For example, a stiff and brittle network suitable for incorporation as the first network may have a fracture stress threshold that is at least or about 0.1× to 10× higher than a soft and ductile network, (e.g., at least or about 0.1×; 0.5×; 1×; 2×; 3×; 5×; or 10× or more). With respect to fracture strain, a stiff and brittle network may have a fracture strain threshold that is 0.1% to 99% lower than a soft and ductile network (e.g., 0.1%; 1%; 2%; 5%; 10%; 20%; 25%; 30%; 50%; 60%; 70%; 80%; 90%; 95%; or 99% lower).
As noted above, we have found that when a first network that has stiff and brittle structural properties is crosslinked with a second network that has soft and ductile properties, a double network hydrogel is formed that has structural, mechanical, and biological properties that are favorable for use as a load bearing, implantable biomaterial.
The first network can contain at least HA, for example, photocrosslinkable HA, and the second network can contain at least a polymer (e.g., a hydrophilic organic or synthetic polymer) that is crosslinked with the first network. Photocrosslinkable HA may be produced by derivatizing HA with glycidyl methacrylate (GMA) to produce a modified methyacrylated HA. The amount of methyacrylated HA may be assessed using 1H-NMR, where peaks at about 5.6 and/or about 6.1 ppm on a 1H-NMR spectra indicate that HA has been successfully GMA-derivatized and is photocrosslinkable. The percentage methylation of HA may be determined by integrating the methyl peak observed at 1.9 ppm with the acrylic double bond peaks at about 5.6 and about 6.1 ppm. A sample of photocrosslinkable HA may contain at least 1% methyacrylated HA (i.e., relative to the total amount of HA in the same sample; e.g., at least or about 1%, 2%, 3%, 4%, 5%, 6%, 7%, 8%, 9% or 10%). In addition to HA and GMA, the reaction may also include triethylamine (TEA) and tetrabutylammonium (TBAB), the amounts of which may be adjusted to obtain at least 1% methyacrylated HA in a sample, as assessed with 1H-NMR.
Photocrosslinkable HA macromers undergo free radical polymerization to form three-dimensional crosslinked hydrogels containing covalent interactions when exposed to ultraviolet (UV) light (Leach et al., Biotech Bioeng., 82:578-589, 2003). Here, a sample of photocrosslinkable HA containing at least 1% methyacrylated HA can be photocrosslinked by irradiating the sample with UV light between 100-400 nm (e.g., 365 nm) for a period of time sufficient to allow crosslinking (e.g., about 30 minutes to 5 hours (e.g., 2 hours)). The photocrosslinking reaction may include a photoinitiator (i.e., a compound that produces reactive species when exposed to light, (e.g., UV light)). Suitable photoinitiators include UV photoinitiators such as type I photoinitiators (e.g., benzion ethers, benzyl ketals, α-dialkoxy-aceto-phenones, α-hydroxy-alkyl-phenones, α-amino alkyl-phenones, and acyl-phosphine oxides) and type II photoinitiators (e.g., benzo-phenones/amines and thio-xanthones/amines). The photoinitiator may be 2-oxo-ketoglutaric acid. In some embodiments, the pH of the photocrosslinking reaction may be about pH 5 to pH 9 (e.g., pH 5-8, pH 5-7, or pH 7-8). The pH is not critical; the reactant can polymerize at the physiological pH of 7.4. The cross-linking can occur at room temperature (e.g., 22° C.), but can also be performed at about 20°-37° C. The resulting hydrogel is designated a PHA hydrogel. In some embodiments, a PHA hydrogel may be free of contaminants (e.g., 20%, 30%, 40%, 50%, 60%, 70%, 80%, 90%, 95%, 98%, 99%, or 100% free of contaminants) and/or may be frozen or lyophilized. Frozen and lyophilized formulations are within the scope of the present invention.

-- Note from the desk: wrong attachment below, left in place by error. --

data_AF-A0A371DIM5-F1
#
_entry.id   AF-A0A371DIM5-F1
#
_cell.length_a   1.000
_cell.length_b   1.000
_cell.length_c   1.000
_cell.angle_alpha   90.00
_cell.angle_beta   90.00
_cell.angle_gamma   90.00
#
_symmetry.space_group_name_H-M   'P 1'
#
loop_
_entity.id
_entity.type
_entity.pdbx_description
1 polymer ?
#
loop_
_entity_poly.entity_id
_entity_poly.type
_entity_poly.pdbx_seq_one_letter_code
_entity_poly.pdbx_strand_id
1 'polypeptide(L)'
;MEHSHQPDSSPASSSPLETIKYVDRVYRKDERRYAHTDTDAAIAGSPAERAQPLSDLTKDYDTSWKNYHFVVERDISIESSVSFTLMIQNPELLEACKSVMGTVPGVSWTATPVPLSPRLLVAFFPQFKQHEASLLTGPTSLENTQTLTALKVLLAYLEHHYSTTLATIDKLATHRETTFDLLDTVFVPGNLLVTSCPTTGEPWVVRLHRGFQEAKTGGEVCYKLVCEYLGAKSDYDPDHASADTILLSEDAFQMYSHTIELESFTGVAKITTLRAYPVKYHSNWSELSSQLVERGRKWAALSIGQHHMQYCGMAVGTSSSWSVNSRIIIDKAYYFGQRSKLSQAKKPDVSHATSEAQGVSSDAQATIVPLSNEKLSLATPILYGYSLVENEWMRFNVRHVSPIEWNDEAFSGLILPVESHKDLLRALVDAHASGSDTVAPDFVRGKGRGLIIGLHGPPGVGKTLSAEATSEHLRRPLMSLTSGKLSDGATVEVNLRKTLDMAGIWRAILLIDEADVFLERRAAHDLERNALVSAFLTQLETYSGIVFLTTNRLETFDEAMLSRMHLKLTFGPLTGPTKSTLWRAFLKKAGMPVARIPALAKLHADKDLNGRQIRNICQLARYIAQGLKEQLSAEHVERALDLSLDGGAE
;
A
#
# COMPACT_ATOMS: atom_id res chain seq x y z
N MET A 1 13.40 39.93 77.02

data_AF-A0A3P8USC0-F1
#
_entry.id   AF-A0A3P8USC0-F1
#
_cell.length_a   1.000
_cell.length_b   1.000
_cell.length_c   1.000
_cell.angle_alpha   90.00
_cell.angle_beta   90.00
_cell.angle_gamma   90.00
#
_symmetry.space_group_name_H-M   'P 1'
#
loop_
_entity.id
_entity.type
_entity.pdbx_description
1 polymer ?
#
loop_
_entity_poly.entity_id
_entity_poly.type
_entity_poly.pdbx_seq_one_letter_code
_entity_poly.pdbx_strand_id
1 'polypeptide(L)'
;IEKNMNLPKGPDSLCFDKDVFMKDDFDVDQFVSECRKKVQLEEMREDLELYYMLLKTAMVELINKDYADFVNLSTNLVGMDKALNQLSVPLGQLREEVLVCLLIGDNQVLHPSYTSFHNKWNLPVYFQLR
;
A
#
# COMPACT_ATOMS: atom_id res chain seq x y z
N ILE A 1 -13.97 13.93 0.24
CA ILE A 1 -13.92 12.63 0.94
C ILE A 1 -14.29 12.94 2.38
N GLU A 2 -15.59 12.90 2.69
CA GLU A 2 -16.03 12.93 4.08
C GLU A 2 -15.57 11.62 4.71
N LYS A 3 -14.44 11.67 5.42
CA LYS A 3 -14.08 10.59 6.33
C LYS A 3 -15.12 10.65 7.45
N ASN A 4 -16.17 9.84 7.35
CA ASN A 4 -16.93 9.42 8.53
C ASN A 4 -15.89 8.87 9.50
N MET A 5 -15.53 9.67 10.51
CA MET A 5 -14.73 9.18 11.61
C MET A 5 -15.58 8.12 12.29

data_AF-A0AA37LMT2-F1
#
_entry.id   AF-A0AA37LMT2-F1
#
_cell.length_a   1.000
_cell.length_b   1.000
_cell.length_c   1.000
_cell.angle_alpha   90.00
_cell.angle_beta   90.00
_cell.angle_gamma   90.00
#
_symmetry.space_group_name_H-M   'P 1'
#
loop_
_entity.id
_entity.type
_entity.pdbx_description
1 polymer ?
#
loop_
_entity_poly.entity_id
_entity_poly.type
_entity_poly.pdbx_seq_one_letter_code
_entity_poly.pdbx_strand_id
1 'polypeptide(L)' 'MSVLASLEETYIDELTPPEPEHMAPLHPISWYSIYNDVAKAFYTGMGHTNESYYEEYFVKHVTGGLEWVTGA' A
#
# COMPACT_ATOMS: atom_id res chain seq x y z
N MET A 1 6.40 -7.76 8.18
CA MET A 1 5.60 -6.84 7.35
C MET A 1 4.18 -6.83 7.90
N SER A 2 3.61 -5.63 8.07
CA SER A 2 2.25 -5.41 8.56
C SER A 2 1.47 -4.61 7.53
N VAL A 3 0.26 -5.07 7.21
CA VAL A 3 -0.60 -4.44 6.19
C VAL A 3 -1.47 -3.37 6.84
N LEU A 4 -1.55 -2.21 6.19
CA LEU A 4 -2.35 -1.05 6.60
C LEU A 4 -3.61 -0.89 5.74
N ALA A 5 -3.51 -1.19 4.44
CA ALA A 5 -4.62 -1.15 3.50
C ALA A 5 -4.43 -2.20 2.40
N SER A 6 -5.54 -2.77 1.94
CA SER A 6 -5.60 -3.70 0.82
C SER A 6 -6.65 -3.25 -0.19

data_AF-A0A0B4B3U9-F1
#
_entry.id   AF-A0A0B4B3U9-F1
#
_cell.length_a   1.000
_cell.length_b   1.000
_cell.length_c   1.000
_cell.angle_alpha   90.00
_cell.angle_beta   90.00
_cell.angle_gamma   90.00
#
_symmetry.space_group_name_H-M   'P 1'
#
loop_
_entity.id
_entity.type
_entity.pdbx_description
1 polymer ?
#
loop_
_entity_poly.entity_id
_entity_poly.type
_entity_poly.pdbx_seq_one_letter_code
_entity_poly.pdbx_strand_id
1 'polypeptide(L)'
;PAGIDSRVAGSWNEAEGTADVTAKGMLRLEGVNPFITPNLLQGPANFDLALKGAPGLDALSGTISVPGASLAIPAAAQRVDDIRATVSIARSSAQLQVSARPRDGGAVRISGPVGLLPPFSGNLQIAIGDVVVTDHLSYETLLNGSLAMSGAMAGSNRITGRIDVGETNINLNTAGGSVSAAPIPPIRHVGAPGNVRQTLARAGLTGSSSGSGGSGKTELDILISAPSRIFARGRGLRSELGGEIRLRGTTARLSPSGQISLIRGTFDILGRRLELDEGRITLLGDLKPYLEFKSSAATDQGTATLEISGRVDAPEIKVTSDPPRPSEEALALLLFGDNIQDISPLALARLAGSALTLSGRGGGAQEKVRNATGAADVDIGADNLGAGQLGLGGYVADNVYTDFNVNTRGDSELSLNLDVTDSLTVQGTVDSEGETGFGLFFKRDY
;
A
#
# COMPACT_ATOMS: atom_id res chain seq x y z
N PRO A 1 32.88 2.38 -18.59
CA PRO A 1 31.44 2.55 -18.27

A PHA hydrogel may then be combined with a second network. It will be understood that the amount or concentration of PHA hydrogel present in a double network hydrogel may vary depending on the molecular weight of the modified HA. For example, PHA hydrogel may be present in a solution at a concentration of about 1%-3%, 1-2.8%, 1-2.5%, 1-2%, 1-1.5%, or 1-1.5% (weight/volume). In some embodiments, the PHA hydrogel may be present in a solution at a concentration of 2% (weight/volume).
In some embodiments, the second network comprises a hydrophilic organic or synthetic polymer. For example, the synthetic polymer can be an acrylamide such as 2-N-acetyl-β-D-glucosamine polyacrylamide biotin, α-D-6-O-phosphomannopyranoside polyacrylamide biotin, α-D-mannopyranoside polyacrylamide biotin, aldolase-polyacrylamide, biotin-2-N-acetyl-α-D-galactosamine polyacrylamide, biotin-α-D-galactopyranoside polyacrylamide, biotin-α-D-glucopyranoside polyacrylamide, biotin-α-D-N-acetylneuraminide polyacrylamide, biotin-β-D-galactopyranoside polyacrylamide, biotin-β-D-glucopyranoside polyacrylamide, fluorescein-α-D-galactosamine polyacrylamide, fluorescein-α-D-mannopyranoside-polyacrylamide, fluorescein α-D-N-acetylneuraminide-polyacrylamide, fluorescein-β-D-galactopyranoside polyacrylamide, fluorescein-β-D-glucopyranoside polyacrylamide, fluorescein-β-D-N-acetylgalactosamine polyacrylamide, lacto-N-biose polyacrylamide biotin, Enzacryl® AA, N,N-dimethylacrylamide, poly[N-(1-naphthyl)-N-phenylacrylamide], poly[N-(1-naphthyl)-N-phenylmethacrylamide, 1-[N-[Poly(3-allyloxy-2-hydroxypropyl)]-2-aminoethyl]-2-imidazolidinone solution, and poly(N,N-dimethylacrylamide) (PDAAm). The polymers of the second network can vary in length, and monomers can be incorporated as well. For example, the second network can include the monomer N,N-dimethylacrylamide (DAAm).